When he passed away on Oct. 19 at the age of 71, he left a legacy of love, loyalty, and respect.
“I hope that John Hughes’s well-lived life will inspire others to volunteer to help our community, whether in Scouting or other service organizations,” said Mayor James Davis. “He represented the best Bayonne had to offer.”
Assemblyman Nicholas Chiaravalotti, who described Hughes as a “mentor and a friend,” said Hughes assumed that role with many junior attorneys, including Chiaravalloti himself.
“I doubt he fully understood how important he was to so many people,” Chiaravalloti said. “That was not his nature. John may not have grabbed headlines, but he was a part of the foundation that makes Bayonne such an incredible community.”
A master of scouting
Hughes became a Cub Scout at the age of eight at the Central YMCA on 33rd Street, under a World War I veteran cub master. When a new troop started at the Knights of Columbus when Hughes was 11, he joined right away, eventually rising to the rank of Eagle Scout.
Hughes has credited scouting with skills he said were crucial to his success.
“Scouting teaches young boys the rules of life,” said Hughes in a 2010 interview with the Hudson Reporter. Leadership, teamwork, and focus are key. “In this troop, kids run things. They elect their own leaders and they learn to cooperate to get things done.”
A Seton Hall Law School and University of Notre Dame graduate, Hughes started his career with the Bayonne Law Department in 1967 before going on to work as a Clerk for the Superior Court from 1970 to 1972, a Hudson County Assistant Prosecutor from 1972 to 1974, a Special Deputy for the Attorney General in 1974, and a public defender for the City of Bayonne. He had a private practice, Hughes & Finnerty, in Bayonne for decades.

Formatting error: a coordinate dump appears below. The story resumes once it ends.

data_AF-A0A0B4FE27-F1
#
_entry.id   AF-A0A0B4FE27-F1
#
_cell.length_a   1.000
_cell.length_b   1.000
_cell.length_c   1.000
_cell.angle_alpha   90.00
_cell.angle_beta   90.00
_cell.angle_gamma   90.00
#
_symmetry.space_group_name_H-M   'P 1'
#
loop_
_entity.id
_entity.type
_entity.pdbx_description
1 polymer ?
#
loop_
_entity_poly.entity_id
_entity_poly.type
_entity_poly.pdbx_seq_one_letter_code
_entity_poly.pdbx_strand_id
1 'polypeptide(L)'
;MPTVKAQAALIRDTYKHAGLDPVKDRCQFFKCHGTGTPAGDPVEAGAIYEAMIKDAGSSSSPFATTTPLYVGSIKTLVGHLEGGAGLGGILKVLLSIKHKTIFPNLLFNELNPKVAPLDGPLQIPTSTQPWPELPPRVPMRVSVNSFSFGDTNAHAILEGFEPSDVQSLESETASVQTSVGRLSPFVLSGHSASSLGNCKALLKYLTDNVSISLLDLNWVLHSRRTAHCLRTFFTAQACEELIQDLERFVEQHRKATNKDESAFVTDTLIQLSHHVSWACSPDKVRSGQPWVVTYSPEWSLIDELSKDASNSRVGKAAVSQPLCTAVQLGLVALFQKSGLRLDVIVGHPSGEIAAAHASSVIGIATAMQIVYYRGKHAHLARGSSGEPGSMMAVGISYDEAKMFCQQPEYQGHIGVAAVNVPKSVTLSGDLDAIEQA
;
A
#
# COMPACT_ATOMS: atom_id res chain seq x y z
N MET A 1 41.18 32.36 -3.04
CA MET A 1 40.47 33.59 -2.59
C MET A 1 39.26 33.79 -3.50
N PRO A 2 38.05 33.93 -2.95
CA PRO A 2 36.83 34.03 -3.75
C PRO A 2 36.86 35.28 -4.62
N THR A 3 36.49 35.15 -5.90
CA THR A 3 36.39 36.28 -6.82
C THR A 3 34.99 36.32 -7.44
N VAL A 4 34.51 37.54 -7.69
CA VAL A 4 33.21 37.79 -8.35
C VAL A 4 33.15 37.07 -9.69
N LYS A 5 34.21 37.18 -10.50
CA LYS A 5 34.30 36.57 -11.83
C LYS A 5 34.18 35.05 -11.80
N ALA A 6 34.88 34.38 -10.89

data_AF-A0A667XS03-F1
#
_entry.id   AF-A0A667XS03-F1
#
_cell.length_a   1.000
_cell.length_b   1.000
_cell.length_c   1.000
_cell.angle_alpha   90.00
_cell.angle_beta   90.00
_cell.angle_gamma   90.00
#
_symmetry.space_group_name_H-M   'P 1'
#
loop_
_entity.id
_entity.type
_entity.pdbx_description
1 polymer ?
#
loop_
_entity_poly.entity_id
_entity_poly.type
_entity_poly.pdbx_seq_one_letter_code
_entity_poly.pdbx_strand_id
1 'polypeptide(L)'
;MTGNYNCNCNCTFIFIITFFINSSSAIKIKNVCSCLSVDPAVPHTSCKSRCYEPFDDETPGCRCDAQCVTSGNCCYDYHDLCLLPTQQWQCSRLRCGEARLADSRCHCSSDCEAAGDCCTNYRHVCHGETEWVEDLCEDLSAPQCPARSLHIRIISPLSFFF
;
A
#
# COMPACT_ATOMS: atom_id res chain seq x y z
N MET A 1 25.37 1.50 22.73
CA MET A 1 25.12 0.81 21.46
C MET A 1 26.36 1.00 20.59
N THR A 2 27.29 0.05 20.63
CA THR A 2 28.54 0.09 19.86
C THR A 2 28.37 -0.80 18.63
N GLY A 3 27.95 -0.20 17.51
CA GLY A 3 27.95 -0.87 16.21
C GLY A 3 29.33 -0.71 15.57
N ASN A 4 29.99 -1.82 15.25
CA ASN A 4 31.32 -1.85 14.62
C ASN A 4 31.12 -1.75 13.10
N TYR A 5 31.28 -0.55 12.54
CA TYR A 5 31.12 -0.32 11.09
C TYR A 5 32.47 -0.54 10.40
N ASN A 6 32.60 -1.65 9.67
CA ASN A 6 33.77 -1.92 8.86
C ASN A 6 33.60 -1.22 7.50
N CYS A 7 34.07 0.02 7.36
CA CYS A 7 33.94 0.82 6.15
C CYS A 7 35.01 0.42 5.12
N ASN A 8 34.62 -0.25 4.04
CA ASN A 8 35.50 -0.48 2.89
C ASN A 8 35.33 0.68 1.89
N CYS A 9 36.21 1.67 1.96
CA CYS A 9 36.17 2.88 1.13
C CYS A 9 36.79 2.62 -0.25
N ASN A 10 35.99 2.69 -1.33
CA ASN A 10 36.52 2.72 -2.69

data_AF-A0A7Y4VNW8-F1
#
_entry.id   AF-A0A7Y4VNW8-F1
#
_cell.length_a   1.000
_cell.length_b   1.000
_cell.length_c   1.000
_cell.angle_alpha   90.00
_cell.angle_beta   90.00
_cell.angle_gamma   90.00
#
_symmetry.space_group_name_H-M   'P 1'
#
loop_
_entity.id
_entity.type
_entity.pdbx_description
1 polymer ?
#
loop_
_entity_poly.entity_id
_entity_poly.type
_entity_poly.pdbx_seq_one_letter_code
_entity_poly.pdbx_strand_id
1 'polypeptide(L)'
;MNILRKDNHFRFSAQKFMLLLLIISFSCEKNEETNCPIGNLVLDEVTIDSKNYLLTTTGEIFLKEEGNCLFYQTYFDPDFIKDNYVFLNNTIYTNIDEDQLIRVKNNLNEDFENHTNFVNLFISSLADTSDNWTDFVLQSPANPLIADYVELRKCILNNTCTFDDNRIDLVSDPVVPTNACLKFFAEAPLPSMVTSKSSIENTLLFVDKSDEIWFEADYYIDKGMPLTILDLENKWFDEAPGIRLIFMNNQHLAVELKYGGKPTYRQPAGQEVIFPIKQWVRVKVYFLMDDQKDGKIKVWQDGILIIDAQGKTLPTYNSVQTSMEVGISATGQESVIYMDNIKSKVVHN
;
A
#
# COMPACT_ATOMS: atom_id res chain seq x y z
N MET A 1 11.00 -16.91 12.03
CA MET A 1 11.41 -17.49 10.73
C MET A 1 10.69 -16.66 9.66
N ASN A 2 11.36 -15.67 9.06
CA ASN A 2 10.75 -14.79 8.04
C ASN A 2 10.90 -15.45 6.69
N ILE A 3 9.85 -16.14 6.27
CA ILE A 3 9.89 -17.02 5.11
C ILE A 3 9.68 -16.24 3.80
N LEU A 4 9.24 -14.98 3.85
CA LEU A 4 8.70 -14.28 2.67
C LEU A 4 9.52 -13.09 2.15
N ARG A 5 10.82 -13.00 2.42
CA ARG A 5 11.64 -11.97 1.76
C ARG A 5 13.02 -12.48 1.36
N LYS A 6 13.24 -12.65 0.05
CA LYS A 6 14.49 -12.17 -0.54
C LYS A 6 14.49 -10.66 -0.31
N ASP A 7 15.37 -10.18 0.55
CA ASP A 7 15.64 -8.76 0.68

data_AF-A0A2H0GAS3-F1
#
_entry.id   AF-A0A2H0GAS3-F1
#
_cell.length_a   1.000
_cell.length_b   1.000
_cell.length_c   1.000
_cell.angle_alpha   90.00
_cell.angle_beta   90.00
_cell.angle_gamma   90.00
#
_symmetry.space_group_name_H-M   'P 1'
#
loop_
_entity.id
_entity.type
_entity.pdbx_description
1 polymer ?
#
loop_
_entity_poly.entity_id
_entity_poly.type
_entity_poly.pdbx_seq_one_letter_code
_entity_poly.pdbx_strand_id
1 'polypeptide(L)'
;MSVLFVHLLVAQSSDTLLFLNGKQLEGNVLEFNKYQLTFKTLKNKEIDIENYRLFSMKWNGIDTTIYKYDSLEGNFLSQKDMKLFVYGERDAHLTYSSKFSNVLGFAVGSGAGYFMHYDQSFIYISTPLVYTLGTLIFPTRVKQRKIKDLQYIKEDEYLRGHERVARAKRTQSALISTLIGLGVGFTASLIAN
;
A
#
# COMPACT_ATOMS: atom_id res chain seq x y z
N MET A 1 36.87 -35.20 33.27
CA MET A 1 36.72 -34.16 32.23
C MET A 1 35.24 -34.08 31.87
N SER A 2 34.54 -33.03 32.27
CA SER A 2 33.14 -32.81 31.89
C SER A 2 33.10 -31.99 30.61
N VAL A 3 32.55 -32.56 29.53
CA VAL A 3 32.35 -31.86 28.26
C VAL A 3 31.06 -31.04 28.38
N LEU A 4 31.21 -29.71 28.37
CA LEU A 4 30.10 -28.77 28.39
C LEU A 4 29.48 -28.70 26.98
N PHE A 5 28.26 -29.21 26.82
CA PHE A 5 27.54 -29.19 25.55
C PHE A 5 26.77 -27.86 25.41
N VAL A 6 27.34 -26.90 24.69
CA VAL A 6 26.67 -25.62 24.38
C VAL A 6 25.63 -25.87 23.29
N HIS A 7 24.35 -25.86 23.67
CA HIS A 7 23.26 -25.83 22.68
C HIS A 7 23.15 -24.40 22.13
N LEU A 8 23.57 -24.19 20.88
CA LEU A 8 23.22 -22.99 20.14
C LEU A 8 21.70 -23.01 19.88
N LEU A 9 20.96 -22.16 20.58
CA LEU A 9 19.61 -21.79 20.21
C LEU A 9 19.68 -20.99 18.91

Both in law and in scouts, Hughes was known for his support of Bayonne’s youth. In Bayonne, he worked in the juvenile court system and even defended Kenny Brit, an NFL player and Bayonne High School hall-of-famer, in a reckless driving case.
In 1970, he took a temporary scoutmaster job at the St. Vincent de Paul Boy Scout Troop 25 while the church searched for a replacement for the former scoutmaster. He turned out to be that replacement and received the Distinguished Citizen Award from the Boy Scouts of America in 2004.
Former Troop 25 scouts include former Bayonne fire chiefs and a mayor (Leonard Kiczek). “This is a good program with good kids and a community that supports it,” Hughes said of Troop 25 in 2005. “We need community support to do what we do.”
Hughes’s funeral mass was held on Wednesday, October 25 at 10 a.m. at Vincent de Paul Roman Catholic Church at 979 Avenue C. In lieu of flowers, his family asks that attendees make donations to either the Bayonne Scout Endowment or the John Theurer Cancer Center.
Rory Pasquariello can be reached at email@example.com.